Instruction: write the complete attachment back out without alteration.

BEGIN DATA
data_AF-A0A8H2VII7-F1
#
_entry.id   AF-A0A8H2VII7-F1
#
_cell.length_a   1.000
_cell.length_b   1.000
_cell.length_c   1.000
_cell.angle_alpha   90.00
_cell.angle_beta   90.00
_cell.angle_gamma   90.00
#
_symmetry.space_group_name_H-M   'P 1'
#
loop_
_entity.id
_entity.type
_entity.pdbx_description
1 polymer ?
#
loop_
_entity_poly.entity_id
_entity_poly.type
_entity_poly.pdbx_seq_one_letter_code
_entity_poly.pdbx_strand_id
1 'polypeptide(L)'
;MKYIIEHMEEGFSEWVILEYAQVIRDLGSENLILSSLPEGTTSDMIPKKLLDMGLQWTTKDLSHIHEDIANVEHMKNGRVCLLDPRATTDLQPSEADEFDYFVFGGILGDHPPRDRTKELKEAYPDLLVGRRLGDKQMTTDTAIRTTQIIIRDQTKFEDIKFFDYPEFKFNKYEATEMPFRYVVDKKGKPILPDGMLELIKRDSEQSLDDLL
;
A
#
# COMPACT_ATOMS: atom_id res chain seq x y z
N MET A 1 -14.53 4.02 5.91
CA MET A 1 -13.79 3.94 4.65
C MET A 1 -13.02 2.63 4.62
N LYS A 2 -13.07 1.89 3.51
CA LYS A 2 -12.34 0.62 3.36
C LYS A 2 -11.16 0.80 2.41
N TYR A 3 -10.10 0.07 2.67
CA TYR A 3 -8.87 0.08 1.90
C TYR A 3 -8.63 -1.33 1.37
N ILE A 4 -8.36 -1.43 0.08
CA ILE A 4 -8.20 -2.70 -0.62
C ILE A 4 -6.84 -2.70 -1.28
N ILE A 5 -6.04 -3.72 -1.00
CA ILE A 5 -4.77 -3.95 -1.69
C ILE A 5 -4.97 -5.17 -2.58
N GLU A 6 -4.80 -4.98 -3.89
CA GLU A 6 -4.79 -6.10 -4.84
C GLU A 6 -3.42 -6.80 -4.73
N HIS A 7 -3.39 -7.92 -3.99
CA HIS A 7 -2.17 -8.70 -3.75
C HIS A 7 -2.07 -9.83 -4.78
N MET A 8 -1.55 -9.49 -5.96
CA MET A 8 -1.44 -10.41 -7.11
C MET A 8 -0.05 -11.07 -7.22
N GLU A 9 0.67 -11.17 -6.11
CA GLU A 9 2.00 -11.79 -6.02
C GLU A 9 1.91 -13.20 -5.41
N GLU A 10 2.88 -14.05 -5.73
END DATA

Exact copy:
data_AF-A0A8H2VII7-F1
#
_entry.id   AF-A0A8H2VII7-F1
#
_cell.length_a   1.000
_cell.length_b   1.000
_cell.length_c   1.000
_cell.angle_alpha   90.00
_cell.angle_beta   90.00
_cell.angle_gamma   90.00
#
_symmetry.space_group_name_H-M   'P 1'
#
loop_
_entity.id
_entity.type
_entity.pdbx_description
1 polymer ?
#
loop_
_entity_poly.entity_id
_entity_poly.type
_entity_poly.pdbx_seq_one_letter_code
_entity_poly.pdbx_strand_id
1 'polypeptide(L)'
;MKYIIEHMEEGFSEWVILEYAQVIRDLGSENLILSSLPEGTTSDMIPKKLLDMGLQWTTKDLSHIHEDIANVEHMKNGRVCLLDPRATTDLQPSEADEFDYFVFGGILGDHPPRDRTKELKEAYPDLLVGRRLGDKQMTTDTAIRTTQIIIRDQTKFEDIKFFDYPEFKFNKYEATEMPFRYVVDKKGKPILPDGMLELIKRDSEQSLDDLL
;
A
#
# COMPACT_ATOMS: atom_id res chain seq x y z
N MET A 1 -14.53 4.02 5.91
CA MET A 1 -13.79 3.94 4.65
C MET A 1 -13.02 2.63 4.62
N LYS A 2 -13.07 1.89 3.51
CA LYS A 2 -12.34 0.62 3.36
C LYS A 2 -11.16 0.80 2.41
N TYR A 3 -10.10 0.07 2.67
CA TYR A 3 -8.87 0.08 1.90
C TYR A 3 -8.63 -1.33 1.37
N ILE A 4 -8.36 -1.43 0.08
CA ILE A 4 -8.20 -2.70 -0.62
C ILE A 4 -6.84 -2.70 -1.28
N ILE A 5 -6.04 -3.72 -1.00
CA ILE A 5 -4.77 -3.95 -1.69
C ILE A 5 -4.97 -5.17 -2.58
N GLU A 6 -4.80 -4.98 -3.89
CA GLU A 6 -4.79 -6.10 -4.84
C GLU A 6 -3.42 -6.80 -4.73
N HIS A 7 -3.39 -7.92 -3.99
CA HIS A 7 -2.17 -8.70 -3.75
C HIS A 7 -2.07 -9.83 -4.78
N MET A 8 -1.55 -9.49 -5.96
CA MET A 8 -1.44 -10.41 -7.11
C MET A 8 -0.05 -11.07 -7.22
N GLU A 9 0.67 -11.17 -6.11
CA GLU A 9 2.00 -11.79 -6.02
C GLU A 9 1.91 -13.20 -5.41
N GLU A 10 2.88 -14.05 -5.73